PITTSBURGH – A new study by researchers at the University of Pittsburgh School of Medicine suggests that experiences of sexual harassment and sexual assault could have a significant impact on the physical and mental health of midlife women. Study results, published today in JAMA Internal Medicine, also will be presented at the North American Menopause Society meeting on Friday, Oct. 5, 2018 in San Diego, CA.
“When it comes to sexual harassment or sexual assault, our study shows that lived experiences may have a serious impact on women’s health, both mental and physical,” said Rebecca Thurston, Ph.D., professor of psychiatry, Pitt School of Medicine and the study’s first and senior author. “This is an issue that needs to be tackled with urgency not just in terms of treatment but in terms of prevention.”
Sexual harassment and sexual assault are highly prevalent experiences among women. An estimated 40 - 75 percent of women in the United States have experienced workplace sexual harassment and more than 1 in 3 women have experienced sexual assault. While both have been linked to poorer health outcomes, previous studies have predominantly used self-reported parameters, which could be biased by mood, memory and health literacy, or these studies have not taken into account factors such as socioeconomic status or medication use.
In the current study, Thurston and her colleagues analyzed the association between a history of sexual assault or workplace verbal or physical sexual harassment and physical and mental health parameters such as blood pressure, sleep, mood and anxiety. The analysis was conducted among a group of 304 midlife women between the ages of 40 and 60 who were originally recruited as part of a larger study on association between menopause and cardiovascular health.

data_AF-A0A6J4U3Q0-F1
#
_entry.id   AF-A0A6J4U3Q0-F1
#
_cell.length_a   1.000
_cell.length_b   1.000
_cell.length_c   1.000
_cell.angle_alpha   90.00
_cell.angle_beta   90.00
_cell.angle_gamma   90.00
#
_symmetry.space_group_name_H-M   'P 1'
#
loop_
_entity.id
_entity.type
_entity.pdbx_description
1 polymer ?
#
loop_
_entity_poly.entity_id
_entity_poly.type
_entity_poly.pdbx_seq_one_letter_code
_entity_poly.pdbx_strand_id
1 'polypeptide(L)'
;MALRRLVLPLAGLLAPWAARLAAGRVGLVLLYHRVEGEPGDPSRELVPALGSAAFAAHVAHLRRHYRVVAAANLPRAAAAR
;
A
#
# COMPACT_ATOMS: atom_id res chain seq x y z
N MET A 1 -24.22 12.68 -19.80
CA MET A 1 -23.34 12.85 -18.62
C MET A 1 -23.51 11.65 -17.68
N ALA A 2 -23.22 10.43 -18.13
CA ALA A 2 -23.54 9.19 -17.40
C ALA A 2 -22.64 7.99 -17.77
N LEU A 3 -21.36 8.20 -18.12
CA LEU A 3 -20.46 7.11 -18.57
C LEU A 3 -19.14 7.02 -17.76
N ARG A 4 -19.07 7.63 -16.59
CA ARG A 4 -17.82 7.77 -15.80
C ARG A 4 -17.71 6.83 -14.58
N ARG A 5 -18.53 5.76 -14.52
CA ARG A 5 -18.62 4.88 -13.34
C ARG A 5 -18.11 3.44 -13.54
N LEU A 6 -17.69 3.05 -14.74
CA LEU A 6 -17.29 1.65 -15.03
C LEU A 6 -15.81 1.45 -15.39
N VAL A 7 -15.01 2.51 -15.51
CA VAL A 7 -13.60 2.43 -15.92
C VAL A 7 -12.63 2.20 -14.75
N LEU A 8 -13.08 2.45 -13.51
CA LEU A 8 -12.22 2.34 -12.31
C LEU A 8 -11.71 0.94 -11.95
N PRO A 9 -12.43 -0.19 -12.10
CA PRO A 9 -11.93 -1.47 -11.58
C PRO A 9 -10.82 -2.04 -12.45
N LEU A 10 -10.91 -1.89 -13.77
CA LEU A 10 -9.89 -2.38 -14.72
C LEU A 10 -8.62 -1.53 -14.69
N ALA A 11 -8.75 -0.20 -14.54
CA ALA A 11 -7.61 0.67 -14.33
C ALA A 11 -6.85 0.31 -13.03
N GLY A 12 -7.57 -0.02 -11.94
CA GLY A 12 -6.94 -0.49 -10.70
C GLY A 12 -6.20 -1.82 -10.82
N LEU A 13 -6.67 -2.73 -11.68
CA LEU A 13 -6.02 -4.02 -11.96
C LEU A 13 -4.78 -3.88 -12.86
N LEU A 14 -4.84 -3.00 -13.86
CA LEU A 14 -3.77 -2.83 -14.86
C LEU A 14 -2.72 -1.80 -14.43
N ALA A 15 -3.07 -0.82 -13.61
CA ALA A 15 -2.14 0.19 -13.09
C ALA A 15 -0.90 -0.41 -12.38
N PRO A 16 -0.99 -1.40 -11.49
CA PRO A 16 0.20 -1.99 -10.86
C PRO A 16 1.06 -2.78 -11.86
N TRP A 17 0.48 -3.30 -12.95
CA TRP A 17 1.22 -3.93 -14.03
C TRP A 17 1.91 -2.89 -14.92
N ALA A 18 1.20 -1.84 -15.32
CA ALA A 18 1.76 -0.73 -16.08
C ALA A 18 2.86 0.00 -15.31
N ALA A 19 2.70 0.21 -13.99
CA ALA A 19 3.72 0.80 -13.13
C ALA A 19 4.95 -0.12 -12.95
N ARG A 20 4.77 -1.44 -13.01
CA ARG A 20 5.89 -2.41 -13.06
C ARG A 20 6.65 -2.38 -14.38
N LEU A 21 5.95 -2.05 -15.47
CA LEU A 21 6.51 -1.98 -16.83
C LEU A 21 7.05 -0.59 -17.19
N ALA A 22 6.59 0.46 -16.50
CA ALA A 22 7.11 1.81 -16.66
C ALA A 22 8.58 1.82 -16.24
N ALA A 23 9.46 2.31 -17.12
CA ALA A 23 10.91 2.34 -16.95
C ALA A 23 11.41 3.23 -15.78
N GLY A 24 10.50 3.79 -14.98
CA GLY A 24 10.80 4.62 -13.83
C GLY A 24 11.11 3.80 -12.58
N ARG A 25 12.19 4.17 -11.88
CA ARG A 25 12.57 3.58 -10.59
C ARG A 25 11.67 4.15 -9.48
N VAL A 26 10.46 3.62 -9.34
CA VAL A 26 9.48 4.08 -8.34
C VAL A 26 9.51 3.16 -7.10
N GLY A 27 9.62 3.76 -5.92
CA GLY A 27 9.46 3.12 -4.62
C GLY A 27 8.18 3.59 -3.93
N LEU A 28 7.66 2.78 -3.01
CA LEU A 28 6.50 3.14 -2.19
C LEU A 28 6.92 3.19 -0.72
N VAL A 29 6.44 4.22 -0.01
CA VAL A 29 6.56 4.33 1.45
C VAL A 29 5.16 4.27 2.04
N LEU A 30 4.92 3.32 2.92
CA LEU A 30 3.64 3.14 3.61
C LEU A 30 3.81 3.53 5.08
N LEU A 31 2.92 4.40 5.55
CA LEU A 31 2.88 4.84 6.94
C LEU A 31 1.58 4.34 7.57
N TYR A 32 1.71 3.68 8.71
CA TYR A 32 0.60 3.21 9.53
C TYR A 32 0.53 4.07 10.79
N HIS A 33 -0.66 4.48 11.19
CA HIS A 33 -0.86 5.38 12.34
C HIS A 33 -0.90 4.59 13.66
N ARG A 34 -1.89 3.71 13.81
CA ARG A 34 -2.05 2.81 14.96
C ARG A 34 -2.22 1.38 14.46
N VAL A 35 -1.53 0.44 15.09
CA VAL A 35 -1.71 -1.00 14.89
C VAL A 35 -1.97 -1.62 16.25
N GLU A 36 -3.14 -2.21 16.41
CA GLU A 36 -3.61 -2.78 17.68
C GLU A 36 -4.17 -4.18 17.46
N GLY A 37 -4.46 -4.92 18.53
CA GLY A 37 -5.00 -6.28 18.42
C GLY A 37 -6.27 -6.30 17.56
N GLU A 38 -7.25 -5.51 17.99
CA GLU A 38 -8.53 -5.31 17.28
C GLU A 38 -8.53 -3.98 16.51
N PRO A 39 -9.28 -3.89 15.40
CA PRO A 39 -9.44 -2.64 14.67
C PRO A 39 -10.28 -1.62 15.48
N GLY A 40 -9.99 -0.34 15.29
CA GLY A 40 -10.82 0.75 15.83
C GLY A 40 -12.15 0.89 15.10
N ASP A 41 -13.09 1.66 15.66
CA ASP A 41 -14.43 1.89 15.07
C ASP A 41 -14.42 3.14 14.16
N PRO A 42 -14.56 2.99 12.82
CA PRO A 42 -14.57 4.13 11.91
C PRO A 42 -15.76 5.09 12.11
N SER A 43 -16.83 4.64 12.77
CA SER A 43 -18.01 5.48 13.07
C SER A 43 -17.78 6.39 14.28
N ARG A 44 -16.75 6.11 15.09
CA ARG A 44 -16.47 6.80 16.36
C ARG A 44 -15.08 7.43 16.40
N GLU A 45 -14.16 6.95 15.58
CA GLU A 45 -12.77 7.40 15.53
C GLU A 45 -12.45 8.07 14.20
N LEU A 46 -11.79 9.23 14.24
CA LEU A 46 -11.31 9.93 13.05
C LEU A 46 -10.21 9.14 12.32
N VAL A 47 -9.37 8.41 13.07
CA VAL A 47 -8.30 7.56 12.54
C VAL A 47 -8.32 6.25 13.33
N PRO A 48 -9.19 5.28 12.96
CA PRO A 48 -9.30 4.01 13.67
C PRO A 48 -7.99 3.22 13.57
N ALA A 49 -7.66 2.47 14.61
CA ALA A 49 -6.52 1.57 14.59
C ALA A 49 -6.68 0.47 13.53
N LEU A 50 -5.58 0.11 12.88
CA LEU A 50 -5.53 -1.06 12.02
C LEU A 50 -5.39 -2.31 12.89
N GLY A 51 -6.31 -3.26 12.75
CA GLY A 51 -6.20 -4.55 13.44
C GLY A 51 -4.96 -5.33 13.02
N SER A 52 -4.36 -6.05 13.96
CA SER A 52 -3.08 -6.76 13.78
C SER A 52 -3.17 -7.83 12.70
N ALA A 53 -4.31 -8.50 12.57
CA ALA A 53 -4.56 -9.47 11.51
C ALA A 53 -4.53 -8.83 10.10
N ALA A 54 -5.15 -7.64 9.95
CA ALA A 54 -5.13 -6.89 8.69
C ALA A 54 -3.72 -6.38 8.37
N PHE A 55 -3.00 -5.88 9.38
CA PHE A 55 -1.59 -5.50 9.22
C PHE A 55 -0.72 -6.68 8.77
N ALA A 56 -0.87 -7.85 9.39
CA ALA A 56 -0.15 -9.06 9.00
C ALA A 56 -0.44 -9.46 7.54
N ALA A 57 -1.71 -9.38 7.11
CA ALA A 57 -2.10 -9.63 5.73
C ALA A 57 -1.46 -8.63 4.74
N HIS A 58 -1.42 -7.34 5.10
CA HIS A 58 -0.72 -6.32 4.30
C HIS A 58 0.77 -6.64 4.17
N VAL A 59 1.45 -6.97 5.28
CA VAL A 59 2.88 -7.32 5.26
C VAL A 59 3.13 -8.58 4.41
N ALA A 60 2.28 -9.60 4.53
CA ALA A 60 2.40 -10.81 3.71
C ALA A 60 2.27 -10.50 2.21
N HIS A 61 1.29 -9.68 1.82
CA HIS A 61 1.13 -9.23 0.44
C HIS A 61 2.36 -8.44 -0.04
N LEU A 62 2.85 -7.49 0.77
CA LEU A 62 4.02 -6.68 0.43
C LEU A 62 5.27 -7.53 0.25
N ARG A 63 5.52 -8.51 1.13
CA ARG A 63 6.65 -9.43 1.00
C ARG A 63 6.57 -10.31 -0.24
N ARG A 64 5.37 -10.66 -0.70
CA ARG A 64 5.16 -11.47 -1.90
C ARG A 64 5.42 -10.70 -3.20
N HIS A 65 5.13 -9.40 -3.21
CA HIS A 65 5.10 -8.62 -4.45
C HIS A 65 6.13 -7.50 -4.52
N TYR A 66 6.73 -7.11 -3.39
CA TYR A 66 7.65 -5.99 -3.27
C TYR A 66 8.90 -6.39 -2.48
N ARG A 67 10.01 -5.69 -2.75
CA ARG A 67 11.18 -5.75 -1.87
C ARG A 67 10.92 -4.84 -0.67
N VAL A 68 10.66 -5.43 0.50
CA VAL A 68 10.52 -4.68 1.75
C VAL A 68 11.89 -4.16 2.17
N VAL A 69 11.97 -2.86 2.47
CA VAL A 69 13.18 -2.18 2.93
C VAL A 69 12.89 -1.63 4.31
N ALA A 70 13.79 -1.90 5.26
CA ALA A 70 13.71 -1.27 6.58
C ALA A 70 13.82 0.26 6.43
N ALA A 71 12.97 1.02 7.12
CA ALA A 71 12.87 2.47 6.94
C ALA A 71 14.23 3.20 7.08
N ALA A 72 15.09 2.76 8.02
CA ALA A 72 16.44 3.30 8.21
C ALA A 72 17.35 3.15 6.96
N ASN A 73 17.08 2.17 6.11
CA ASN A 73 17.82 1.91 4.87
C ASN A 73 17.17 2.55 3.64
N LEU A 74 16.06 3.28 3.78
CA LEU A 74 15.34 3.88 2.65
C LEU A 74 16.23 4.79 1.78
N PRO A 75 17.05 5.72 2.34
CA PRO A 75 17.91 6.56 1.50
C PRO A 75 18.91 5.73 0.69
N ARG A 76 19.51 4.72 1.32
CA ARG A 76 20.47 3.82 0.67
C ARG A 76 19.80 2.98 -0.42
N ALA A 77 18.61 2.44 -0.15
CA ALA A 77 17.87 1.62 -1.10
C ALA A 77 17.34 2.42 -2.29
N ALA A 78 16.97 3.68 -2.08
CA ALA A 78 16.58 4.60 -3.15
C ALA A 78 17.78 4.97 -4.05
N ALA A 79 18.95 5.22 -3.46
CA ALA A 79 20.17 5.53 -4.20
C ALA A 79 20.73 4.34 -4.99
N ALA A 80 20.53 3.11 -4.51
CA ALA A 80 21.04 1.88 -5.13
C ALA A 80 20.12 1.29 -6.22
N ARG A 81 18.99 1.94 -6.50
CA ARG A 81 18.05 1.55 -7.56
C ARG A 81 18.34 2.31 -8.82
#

In the study group, approximately one in five women reported being either sexually harassed or sexually assaulted. Women who were younger or more financially stressed were more likely to be harassed.
Importantly, the study found that assaulted women were almost three times more likely to have symptoms consistent with major depression and were more than two times more likely to have elevated anxiety. Sexual harassment was associated with higher prevalence of hypertension. Both sexual harassment and sexual assault were associated with a two-fold higher likelihood of poor sleep consistent with clinical insomnia. The associations held true even when demographics, socioeconomic status, medication use and medical history were taken into account. Poor sleep, depression and anxiety are themselves associated with poorer health outcomes, according to the authors.
“We know that sexual harassment and assault are prevalent in our society and can cause significant harm,” said Thurston. “If you are a health care provider, recognize that these experiences can have implications for your patient’s health. If you are a victim of assault or harassment, don’t suffer through it. Get help. If you can, change the situation or remove yourself from it.”
Thurston and her colleagues note that the study could be expanded and strengthened by implementing more comprehensive measurement of harassment and assault and increasing the number and diversity of participants.
Additional authors on the study included Yuefang Chang, Ph.D., and Karen A. Matthews, Ph.D., of Pitt; Roland von Känel, M.D., of University Hospital Zurich, Switzerland; and Karestan Koenen, Ph.D., of Harvard T.H. Chan School of Public Health.
The study was supported by National Institutes of Health grants R01HL105647, K24123565, and UL1TR000005.